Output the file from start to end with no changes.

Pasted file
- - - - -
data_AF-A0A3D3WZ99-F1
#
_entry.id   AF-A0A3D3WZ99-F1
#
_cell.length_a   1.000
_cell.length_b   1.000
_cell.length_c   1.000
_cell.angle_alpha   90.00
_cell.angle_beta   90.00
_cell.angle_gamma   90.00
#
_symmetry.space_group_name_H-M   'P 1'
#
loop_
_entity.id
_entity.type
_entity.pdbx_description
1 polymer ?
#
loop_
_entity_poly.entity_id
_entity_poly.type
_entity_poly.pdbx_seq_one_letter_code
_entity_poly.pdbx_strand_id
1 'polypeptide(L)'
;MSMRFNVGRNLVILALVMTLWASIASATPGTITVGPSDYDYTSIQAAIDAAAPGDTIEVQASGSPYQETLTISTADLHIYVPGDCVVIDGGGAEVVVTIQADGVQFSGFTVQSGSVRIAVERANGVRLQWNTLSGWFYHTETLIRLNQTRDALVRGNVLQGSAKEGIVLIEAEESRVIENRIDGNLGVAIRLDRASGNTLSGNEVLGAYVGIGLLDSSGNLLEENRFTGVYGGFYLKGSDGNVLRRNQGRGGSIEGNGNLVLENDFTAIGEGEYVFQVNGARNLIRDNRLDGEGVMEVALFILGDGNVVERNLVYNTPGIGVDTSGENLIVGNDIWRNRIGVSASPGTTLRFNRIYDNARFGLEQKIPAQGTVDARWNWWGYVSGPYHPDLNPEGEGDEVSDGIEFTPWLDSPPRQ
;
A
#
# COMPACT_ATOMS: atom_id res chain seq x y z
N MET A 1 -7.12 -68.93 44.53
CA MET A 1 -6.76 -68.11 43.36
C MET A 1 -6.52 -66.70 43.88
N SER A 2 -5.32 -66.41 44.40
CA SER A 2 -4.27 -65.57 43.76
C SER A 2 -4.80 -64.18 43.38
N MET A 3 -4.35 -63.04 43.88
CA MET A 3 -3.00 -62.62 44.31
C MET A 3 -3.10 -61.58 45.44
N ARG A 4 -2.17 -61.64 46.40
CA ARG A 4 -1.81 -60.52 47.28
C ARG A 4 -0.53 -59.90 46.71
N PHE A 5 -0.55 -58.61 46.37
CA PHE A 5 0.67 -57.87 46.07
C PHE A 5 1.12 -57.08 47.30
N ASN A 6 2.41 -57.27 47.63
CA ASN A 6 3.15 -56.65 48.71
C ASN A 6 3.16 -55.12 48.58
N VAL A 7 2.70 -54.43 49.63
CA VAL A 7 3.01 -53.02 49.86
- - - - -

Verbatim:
data_AF-A0A3D3WZ99-F1
#
_entry.id   AF-A0A3D3WZ99-F1
#
_cell.length_a   1.000
_cell.length_b   1.000
_cell.length_c   1.000
_cell.angle_alpha   90.00
_cell.angle_beta   90.00
_cell.angle_gamma   90.00
#
_symmetry.space_group_name_H-M   'P 1'
#
loop_
_entity.id
_entity.type
_entity.pdbx_description
1 polymer ?
#
loop_
_entity_poly.entity_id
_entity_poly.type
_entity_poly.pdbx_seq_one_letter_code
_entity_poly.pdbx_strand_id
1 'polypeptide(L)'
;MSMRFNVGRNLVILALVMTLWASIASATPGTITVGPSDYDYTSIQAAIDAAAPGDTIEVQASGSPYQETLTISTADLHIYVPGDCVVIDGGGAEVVVTIQADGVQFSGFTVQSGSVRIAVERANGVRLQWNTLSGWFYHTETLIRLNQTRDALVRGNVLQGSAKEGIVLIEAEESRVIENRIDGNLGVAIRLDRASGNTLSGNEVLGAYVGIGLLDSSGNLLEENRFTGVYGGFYLKGSDGNVLRRNQGRGGSIEGNGNLVLENDFTAIGEGEYVFQVNGARNLIRDNRLDGEGVMEVALFILGDGNVVERNLVYNTPGIGVDTSGENLIVGNDIWRNRIGVSASPGTTLRFNRIYDNARFGLEQKIPAQGTVDARWNWWGYVSGPYHPDLNPEGEGDEVSDGIEFTPWLDSPPRQ
;
A
#
# COMPACT_ATOMS: atom_id res chain seq x y z
N MET A 1 -7.12 -68.93 44.53
CA MET A 1 -6.76 -68.11 43.36
C MET A 1 -6.52 -66.70 43.88
N SER A 2 -5.32 -66.41 44.40
CA SER A 2 -4.27 -65.57 43.76
C SER A 2 -4.80 -64.18 43.38
N MET A 3 -4.35 -63.04 43.88
CA MET A 3 -3.00 -62.62 44.31
C MET A 3 -3.10 -61.58 45.44
N ARG A 4 -2.17 -61.64 46.40
CA ARG A 4 -1.81 -60.52 47.28
C ARG A 4 -0.53 -59.90 46.71
N PHE A 5 -0.55 -58.61 46.37
CA PHE A 5 0.67 -57.87 46.07
C PHE A 5 1.12 -57.08 47.30
N ASN A 6 2.41 -57.27 47.63
CA ASN A 6 3.15 -56.65 48.71
C ASN A 6 3.16 -55.12 48.58
N VAL A 7 2.70 -54.43 49.63
CA VAL A 7 3.01 -53.02 49.86